Your head gasket is a critical piece of your car’s engine. Without the seal formed by the head gasket, your engine would lose compression, and your cooling system would not work correctly. In addition, you might also have oil leaks which could lead to a lack of lubrication for the internal parts of your engine. These are all reasons why you should have your car repaired right away if you notice any of the blown head gasket symptoms mentioned above.
What Causes A Blown Head Gasket?
While head gaskets usually last for quite some time, they are bound to fail eventually. The constant exposure to heat and pressure as your engine is running will ultimately cause them to fail. Many cars go well over 100,000 miles without any head gasket problems at all. If your gasket fails early, it is almost always due to one of a couple of reasons. The first is overheating. If you allow your vehicle to overheat, this can cause detrimental damage to your head gasket. The gasket is designed to last for years under normal operating temperatures, but most head gasket materials cannot withstand extremely excessive heat for very long.
Another common culprit is excessive pressure inside your engine. This usually happens when you have added an aftermarket performance part like a turbocharger or supercharger. These parts cause the compression in your engine to rise above the normal level. This excessive pressure can easily blow out a head gasket. Most people who add these parts also decide to add an upgraded head gasket to avoid this problem.
Cost To Repair A Bad Head Gasket
Whether your head gasket fails early due to some other issue or it finally gives way at 200,000 miles, you will find yourself needing a head gasket repair eventually. So, how much is that going to cost you? Your blown head gasket repair cost might depend on the severity of the leak. If you have a minimal leak in the head gasket, you might be able to get away with a bottle of head gasket sealer. You pour the bottle into your cooling system and allow it to circulate. If the leak is small enough, then the sealant can fill the gap and stop the leak without replacing the head gasket. A bottle of this sealant will run you $20 to $30 in most cases. Since it is so cheap, it is usually worth a try!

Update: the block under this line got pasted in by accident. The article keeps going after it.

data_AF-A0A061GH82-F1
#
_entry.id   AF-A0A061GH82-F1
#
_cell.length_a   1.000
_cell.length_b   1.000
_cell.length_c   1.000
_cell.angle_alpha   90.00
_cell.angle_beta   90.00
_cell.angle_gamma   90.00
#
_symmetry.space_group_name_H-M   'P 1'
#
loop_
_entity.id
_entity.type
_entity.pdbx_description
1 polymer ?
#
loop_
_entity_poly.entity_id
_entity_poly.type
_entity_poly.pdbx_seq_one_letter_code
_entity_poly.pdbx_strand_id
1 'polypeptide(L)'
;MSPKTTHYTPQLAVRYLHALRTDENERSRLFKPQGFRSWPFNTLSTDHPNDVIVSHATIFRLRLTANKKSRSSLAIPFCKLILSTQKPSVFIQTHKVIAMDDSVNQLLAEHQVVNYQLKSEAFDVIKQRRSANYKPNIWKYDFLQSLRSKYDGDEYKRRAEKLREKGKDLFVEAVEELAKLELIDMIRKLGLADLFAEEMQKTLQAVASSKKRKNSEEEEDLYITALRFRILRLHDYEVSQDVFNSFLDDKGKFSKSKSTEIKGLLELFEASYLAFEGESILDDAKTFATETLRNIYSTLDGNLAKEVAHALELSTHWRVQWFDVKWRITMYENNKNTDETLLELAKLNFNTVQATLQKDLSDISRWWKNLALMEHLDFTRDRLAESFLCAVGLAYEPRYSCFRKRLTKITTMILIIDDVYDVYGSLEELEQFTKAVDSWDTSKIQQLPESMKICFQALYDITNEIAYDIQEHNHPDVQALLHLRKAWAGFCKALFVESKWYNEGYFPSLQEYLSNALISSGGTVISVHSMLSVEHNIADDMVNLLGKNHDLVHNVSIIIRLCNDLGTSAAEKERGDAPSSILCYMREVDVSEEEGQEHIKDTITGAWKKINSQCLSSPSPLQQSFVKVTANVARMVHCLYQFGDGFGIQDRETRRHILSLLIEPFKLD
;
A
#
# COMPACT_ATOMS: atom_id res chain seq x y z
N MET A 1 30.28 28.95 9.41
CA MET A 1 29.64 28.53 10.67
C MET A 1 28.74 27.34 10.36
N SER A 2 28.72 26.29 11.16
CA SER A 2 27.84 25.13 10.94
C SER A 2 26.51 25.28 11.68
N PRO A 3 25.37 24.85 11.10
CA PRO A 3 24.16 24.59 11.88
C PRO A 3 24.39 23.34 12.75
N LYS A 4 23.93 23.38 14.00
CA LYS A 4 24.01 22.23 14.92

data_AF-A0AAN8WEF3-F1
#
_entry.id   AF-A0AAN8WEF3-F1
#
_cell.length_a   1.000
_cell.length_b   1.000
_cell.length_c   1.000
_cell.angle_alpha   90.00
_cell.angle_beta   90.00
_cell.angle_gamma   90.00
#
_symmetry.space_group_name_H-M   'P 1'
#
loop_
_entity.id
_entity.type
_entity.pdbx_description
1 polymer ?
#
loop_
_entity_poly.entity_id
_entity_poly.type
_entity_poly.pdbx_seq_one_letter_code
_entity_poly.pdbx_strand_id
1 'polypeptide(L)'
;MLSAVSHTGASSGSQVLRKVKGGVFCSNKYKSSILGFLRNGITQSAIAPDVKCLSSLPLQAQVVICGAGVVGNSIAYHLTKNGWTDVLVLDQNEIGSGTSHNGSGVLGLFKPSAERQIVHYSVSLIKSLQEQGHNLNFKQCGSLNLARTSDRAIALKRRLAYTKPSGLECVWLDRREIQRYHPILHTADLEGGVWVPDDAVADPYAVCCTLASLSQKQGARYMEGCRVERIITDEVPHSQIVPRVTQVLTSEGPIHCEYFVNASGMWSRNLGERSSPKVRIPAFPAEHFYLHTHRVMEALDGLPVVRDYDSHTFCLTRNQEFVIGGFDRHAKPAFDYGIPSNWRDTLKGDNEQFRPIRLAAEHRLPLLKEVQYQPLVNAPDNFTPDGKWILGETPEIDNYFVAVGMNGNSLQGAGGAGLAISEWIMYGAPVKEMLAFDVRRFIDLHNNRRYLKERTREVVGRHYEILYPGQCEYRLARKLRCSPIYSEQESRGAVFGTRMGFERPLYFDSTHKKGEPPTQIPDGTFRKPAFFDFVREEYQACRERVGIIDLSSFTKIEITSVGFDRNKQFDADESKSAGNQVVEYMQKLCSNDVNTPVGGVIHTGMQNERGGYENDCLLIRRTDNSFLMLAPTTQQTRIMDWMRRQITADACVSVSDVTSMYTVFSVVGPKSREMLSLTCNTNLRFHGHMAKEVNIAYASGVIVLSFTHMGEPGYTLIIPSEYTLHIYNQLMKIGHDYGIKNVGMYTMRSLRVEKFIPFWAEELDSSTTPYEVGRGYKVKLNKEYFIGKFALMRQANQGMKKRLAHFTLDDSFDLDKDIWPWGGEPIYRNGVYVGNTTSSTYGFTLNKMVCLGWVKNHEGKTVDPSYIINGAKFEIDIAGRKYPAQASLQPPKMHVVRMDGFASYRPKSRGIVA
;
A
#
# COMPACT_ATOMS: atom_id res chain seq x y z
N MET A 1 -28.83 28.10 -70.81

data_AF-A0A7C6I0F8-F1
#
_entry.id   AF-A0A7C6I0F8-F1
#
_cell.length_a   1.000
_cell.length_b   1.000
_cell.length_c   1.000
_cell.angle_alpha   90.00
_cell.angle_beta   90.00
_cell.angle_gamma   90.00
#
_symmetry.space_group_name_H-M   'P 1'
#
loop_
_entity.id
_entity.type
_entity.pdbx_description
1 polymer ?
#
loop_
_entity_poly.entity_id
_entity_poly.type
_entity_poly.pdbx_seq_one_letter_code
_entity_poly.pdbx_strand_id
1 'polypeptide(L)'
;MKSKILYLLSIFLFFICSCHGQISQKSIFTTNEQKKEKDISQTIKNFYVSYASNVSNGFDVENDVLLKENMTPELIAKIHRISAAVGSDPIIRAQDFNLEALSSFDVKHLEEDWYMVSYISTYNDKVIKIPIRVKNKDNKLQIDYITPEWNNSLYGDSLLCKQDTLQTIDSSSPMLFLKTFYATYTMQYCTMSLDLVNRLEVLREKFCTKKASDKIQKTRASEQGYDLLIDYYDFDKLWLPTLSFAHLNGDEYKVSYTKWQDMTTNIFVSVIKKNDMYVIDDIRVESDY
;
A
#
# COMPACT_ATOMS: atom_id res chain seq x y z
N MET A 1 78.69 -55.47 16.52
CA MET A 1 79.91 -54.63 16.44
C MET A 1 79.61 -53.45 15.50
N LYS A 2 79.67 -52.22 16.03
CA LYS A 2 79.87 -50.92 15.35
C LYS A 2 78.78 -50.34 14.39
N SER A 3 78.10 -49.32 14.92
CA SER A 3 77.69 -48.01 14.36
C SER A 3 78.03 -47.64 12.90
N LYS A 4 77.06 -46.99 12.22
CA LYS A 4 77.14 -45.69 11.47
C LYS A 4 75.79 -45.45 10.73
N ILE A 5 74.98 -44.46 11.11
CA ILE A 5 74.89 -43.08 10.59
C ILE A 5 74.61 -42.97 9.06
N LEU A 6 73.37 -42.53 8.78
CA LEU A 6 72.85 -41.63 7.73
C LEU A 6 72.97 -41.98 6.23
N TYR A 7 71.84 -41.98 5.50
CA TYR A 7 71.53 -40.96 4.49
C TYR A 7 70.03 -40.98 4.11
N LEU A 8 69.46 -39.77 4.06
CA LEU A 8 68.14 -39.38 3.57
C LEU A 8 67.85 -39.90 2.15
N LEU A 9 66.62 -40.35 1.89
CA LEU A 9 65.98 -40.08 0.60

At other times, you may need a head gasket replacement. In that case, you can expect that your repair bill will be much higher. Replacing a head gasket is not an easy job, and it will take an experienced mechanic several hours to perform the job. You can expect a bill of approximately $750 to $1,000 when your head gasket blows. Unless you are a reasonably experienced mechanic, this is not a job that you should tackle on your own. If, however, you think you can handle it, you can save yourself quite a bit of money. Most head gasket kits can be purchased for around $200, so you could save several hundred dollars on labor costs by doing the work on your own.
The Bottom Line
A blown head gasket can be a pain, and it can cause a lot of damage to your engine if not repaired right away. There are several common symptoms that you will notice when your head gasket blows, so be on the lookout for the signs mentioned above. If you see your car doing any of the things we have described, you should have it repaired right away to avoid additional problems!
Frequently Asked Questions
Can you still drive a car with a blown head gasket?
Sometimes your car might still run and drive even after the head gasket starts to leak. However, it is never a good idea to drive a car with a blown head gasket. Continuing to drive will lead to additional damage. Your vehicle is likely to overheat, create a lot of smoke, or maybe lose compression. None of these things are good while trying to drive, so it is best to park your vehicle until you can get it repaired.
Is it worth fixing a blown head gasket?
It probably depends on the value of your vehicle. If you have a car that has no other significant issues and you expect to continue driving it, then you should probably go ahead and get it repaired. However, if the car is ancient and has several other problems, then you might not want to sink that much money into it. You could sell the vehicle to a junk car buyer and use that money to buy a new car that does not have any issues.
Does a blown head gasket ruin an engine?
A blown head gasket usually does not ruin an engine if you stop driving the car right away and have it repaired. However, continuing to drive the vehicle can lead to additional damage that will ruin the engine. If you keep driving with a bad head gasket, you might end up with warped pistons or a cracked engine block. Those things can certainly ruin an engine, and you might find yourself needing a total engine replacement instead of just a new head gasket.
How do you fix a blown head gasket?
In some cases, you might be able to fix it by simply pouring a bottle of head gasket sealer into your cooling system. However, this only works for tiny leaks in the gasket. If the head gasket is completely blown, you will need to replace the gasket with a new one. This requires removing the cylinder head, cleaning the surface, replacement with a new gasket, and reassembling the engine. It is a tough job that usually requires an experienced mechanic to complete.